CWL Involvement With Hospices

May 15, 2017



FROM:          National President Margaret Ann Jacobs, with input from National Spiritual Advisor Bishop William McGrattan and Dr. Moira McQueen

TO:                Council presidents at all levels


On June 17, 2016, Bill C-14 An Act to amend the Criminal Code and to make related amendments to other Acts (medical assistance in dying) came into force federally, creating a regulatory framework for medical assistance in dying (MAiD) in Canada. Under this legislation, medical assistance in dying is legal if the eligibility criteria are met and the procedural safeguards are followed. Provincial and territorial governments have developed their responses to these changes to the Criminal Code. Health institutions and professional regulatory bodies are developing/have developed guidelines and standards to further regulate practice in relation to MAiD, including provincial and territorial colleges of physicians and surgeons, nurses and pharmacists. The right of conscience for healthcare workers and the institutions to not directly participate in MAiD must be respected.

The Catholic Women’s League of Canada does not support MAiD, the procedures of which entail euthanasia or physician assisted-suicide, both of which are morally wrong. The providing of MAiD is not medical care nor is it palliative care. There is a distinction in that palliative care does not hasten death, but allows the person who is dying to receive medical care to alleviate the physical and emotional symptoms of pain and also to be spiritually supported along with his or her family in the dying process. The League’s position on MAiD recognizes that those who face life-threatening illness, or who are dying, are particularly vulnerable. There is a need to protect patients who are vulnerable as well as the healthcare workers and volunteers who object to the provision of euthanasia and physician assisted-suicide in the institutions in which they serve. Ideally, MAiD procedures should be kept separate from regular practice in palliative care units and hospices.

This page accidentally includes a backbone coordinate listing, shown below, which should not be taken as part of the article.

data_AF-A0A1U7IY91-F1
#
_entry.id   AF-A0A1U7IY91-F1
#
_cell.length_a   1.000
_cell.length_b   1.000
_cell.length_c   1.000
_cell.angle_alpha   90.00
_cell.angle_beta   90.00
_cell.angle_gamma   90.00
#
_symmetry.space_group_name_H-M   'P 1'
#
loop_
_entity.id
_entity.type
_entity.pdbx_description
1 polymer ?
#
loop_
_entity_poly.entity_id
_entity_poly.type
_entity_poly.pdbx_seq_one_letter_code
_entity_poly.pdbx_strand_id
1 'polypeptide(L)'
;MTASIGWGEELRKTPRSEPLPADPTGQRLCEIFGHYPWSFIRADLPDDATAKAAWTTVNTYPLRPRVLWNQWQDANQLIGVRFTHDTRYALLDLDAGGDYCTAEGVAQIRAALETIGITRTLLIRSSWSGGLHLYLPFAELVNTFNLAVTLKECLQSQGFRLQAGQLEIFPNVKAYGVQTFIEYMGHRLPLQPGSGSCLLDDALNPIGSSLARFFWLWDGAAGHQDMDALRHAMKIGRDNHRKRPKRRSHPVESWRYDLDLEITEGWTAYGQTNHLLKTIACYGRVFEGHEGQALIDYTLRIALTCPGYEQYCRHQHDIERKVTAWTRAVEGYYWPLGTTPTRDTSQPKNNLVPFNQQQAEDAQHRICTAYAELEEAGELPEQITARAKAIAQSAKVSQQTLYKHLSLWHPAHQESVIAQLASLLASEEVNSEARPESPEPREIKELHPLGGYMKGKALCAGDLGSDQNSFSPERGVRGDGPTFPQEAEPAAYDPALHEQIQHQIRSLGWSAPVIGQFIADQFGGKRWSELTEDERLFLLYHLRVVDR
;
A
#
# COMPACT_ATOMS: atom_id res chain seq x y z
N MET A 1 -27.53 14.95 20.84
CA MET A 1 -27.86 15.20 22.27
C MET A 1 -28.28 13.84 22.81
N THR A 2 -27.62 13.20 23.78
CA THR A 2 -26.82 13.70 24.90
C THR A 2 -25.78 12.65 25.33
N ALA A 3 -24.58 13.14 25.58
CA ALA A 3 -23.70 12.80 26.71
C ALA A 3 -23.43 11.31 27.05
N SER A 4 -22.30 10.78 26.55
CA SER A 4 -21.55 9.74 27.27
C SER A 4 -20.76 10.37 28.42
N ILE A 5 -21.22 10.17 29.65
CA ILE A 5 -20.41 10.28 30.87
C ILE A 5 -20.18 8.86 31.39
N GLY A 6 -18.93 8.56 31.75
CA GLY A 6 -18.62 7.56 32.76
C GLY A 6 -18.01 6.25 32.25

Effect of MAiD on Members and Their Families

Effective and timely access to palliative care is essential to prevent MAiD from becoming the only end of life choice offered because of the lack of alternative healthcare services and institutions that offer palliative care. If patients and families are counselled that MAiD is a form of palliative care and are not offered an explanation of their essential difference, then they cannot make a truly informed decision. If they do understand the difference, they may want to avoid palliative care units and hospice facilities in their community that provide MAID and choose to go to facilities that do not permit it.

Effect of MAiD on Councils’ Charitable Activities

Some hospice and palliative care providers have developed criteria and guidelines that allow for a qualified external practitioner to come on site to perform MAiD or for the direct referral to another practitioner and institution that will provide it. These provisions may have been adopted in order to follow provincial/territorial legislation. Councils at all levels are strongly encouraged to determine whether healthcare institutions or hospices in their community have such policies. If it is determined that the institution offers MAiD on its premises or if it will initiate a direct referral for MAiD, then both of these actions are morally wrong from a Catholic perspective. It would be justified for a council to withdraw financial support and funding to such institutions while clearly stating the reasons for this decision in the hope that they might reconsider and revise such policies and practices.